I recently watched the movie *61 which documents the 1961 Yankees as Roger Maris and Mickey Mantle both chased Babe Ruth’s longstanding record of 60 home runs in a single season. Great movie if you happen to think baseball is a metaphor for America.
Baseball is full of stats and facts like this one — before every game, in the bowels of the stadium, the umpires perform a decades old ritual. When baseballs arrive from the factory, they arrive with the sheen on them that all newly manufactured products have — a sheen that makes it difficult for the pitcher a gain proper grip on the ball.
Baseball tested a number of solutions — tobacco juice, shoe polish, sauces, oils — to fix the problem, but nothing worked. Finally, in the mid-1930’s, a baseball player discovered a solution. He found a mud in the tributary of a river in Palmyra, N.J, that did the trick, and he started marketing the mud to the American League. Since that time, every baseball for every major league team has been rubbed down using this mud.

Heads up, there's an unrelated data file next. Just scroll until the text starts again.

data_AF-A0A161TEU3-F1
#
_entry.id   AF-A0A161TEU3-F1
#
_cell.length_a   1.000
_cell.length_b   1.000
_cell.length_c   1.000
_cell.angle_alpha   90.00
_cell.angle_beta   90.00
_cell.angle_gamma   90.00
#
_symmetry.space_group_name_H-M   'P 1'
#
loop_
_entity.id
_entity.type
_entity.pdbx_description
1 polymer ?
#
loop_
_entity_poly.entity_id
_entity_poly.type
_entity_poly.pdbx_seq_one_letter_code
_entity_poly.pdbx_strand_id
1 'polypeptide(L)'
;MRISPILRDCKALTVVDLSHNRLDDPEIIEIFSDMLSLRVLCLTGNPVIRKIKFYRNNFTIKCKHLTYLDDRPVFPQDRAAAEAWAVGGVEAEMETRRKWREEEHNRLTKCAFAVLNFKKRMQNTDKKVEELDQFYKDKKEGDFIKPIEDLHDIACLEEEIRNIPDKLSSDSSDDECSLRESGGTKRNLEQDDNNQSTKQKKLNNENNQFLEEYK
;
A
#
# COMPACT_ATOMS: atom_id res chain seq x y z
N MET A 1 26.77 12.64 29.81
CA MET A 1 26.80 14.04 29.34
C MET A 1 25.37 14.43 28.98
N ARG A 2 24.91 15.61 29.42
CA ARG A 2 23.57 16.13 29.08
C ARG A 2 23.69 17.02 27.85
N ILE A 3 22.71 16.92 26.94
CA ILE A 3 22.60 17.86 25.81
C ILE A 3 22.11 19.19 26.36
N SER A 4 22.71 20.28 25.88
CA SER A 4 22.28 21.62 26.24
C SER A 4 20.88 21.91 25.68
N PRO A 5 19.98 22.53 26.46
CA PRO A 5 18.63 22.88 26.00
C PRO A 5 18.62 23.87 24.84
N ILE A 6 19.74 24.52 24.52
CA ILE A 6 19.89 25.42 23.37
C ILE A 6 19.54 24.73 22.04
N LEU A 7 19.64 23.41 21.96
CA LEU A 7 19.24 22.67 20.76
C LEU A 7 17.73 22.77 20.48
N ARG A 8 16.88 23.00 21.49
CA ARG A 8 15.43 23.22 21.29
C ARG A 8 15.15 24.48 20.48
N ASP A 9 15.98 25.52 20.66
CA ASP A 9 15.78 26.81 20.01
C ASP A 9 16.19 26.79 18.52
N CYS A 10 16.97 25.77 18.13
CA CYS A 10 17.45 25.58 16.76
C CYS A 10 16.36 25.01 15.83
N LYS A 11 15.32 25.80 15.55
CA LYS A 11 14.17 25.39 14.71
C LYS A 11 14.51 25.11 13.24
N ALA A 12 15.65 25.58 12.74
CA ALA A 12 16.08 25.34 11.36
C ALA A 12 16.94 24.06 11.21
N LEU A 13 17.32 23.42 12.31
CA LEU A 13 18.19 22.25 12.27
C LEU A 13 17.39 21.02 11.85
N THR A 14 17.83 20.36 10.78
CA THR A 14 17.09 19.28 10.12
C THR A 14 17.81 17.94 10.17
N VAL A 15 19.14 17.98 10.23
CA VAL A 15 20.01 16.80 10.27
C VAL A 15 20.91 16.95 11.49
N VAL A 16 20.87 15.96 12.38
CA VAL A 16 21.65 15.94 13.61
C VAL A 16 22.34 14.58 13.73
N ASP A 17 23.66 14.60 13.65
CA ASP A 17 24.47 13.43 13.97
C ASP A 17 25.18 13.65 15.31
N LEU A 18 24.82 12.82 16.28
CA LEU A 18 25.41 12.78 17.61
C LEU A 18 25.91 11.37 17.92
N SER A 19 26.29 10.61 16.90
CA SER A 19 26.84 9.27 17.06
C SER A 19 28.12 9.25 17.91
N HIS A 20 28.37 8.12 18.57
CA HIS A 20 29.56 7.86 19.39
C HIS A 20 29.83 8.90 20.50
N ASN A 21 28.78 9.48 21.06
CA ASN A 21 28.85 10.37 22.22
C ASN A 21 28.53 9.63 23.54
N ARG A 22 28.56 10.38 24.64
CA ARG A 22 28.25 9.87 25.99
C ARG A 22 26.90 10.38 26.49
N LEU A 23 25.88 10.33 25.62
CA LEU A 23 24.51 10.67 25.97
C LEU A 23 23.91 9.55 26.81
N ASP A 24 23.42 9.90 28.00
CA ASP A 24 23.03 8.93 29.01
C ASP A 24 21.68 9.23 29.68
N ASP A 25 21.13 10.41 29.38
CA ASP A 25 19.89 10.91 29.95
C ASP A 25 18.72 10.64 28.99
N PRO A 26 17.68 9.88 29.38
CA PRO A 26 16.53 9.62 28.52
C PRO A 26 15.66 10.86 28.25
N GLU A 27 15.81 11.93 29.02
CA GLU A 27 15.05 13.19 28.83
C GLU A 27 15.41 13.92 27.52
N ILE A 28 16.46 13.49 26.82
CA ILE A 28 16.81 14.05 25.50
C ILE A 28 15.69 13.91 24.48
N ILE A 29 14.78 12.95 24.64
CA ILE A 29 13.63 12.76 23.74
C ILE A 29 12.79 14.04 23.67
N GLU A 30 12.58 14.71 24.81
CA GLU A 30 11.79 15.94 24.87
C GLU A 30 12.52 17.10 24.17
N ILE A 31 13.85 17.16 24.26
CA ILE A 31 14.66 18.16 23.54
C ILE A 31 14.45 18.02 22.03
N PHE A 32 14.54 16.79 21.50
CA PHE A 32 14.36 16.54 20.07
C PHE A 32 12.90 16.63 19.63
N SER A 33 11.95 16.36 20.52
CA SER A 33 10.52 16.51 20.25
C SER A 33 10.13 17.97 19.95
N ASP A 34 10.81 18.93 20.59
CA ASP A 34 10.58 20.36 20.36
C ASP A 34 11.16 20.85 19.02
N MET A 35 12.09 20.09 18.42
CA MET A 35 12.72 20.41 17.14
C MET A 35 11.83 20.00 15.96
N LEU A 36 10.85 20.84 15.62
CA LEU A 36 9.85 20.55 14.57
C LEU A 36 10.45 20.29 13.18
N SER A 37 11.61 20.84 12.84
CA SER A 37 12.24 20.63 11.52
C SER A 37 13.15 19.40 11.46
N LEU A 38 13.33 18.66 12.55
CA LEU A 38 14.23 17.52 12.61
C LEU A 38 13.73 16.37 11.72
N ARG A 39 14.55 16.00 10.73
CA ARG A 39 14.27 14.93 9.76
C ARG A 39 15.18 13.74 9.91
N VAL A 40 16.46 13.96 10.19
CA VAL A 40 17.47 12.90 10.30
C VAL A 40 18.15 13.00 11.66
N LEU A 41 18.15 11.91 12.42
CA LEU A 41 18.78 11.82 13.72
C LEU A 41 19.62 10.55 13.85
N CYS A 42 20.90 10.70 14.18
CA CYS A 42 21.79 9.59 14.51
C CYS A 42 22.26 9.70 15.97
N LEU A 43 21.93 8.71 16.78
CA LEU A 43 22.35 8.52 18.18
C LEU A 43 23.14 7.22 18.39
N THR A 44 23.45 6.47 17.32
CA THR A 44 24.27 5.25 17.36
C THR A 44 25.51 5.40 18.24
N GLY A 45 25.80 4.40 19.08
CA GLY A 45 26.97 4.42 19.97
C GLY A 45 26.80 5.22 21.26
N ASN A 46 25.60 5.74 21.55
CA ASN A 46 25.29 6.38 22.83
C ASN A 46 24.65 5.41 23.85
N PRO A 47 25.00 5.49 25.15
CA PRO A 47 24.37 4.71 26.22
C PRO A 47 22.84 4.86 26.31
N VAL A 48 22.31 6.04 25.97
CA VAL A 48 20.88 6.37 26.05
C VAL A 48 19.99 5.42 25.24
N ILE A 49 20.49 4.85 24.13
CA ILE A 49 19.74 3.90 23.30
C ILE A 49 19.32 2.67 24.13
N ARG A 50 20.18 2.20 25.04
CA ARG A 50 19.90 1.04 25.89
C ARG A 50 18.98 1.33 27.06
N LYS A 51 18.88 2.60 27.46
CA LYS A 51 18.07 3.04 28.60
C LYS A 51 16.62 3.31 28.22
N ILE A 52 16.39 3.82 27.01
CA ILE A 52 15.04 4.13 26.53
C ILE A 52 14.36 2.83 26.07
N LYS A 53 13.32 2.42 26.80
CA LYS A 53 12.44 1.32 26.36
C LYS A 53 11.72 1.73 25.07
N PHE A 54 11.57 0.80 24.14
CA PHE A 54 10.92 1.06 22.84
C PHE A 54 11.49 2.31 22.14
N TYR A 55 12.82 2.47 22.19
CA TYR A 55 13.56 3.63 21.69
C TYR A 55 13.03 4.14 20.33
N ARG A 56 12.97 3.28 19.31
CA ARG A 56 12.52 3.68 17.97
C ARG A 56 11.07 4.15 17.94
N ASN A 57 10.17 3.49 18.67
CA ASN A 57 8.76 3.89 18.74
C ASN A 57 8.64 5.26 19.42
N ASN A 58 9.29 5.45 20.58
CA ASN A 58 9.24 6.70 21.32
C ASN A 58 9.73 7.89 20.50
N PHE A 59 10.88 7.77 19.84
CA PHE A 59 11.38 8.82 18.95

What in the wide-wide-world-of-sports can this have to do with healthcare? Thanks for asking. It has to do with finding “the right” vendor solution to your EMR/CPOE problems. The problem is that there is no right solution, because there are as many hospitals who swear by the solution you selected as those who do not. Your methodology for taking the sheen off your EHR so clinicians can grasp it is not the one being used by other hospitals who may have found a better way. There are not many things which when they work, work to the exclusion of all others.
Roemer’s Rule One — all complex problems have simple solutions. It is not about the specific EHR … it is about what you choose to do with it. CIOs and CEOs do not select the wrong EHR, they select the wrong implementation strategy.
What do you need? You need the New Jersey mud, the mud that places all reasonable EHRs on the same playing field. Anyone can pick an EHR. Few can figure out the real reason of why the one they have chosen makes a difference.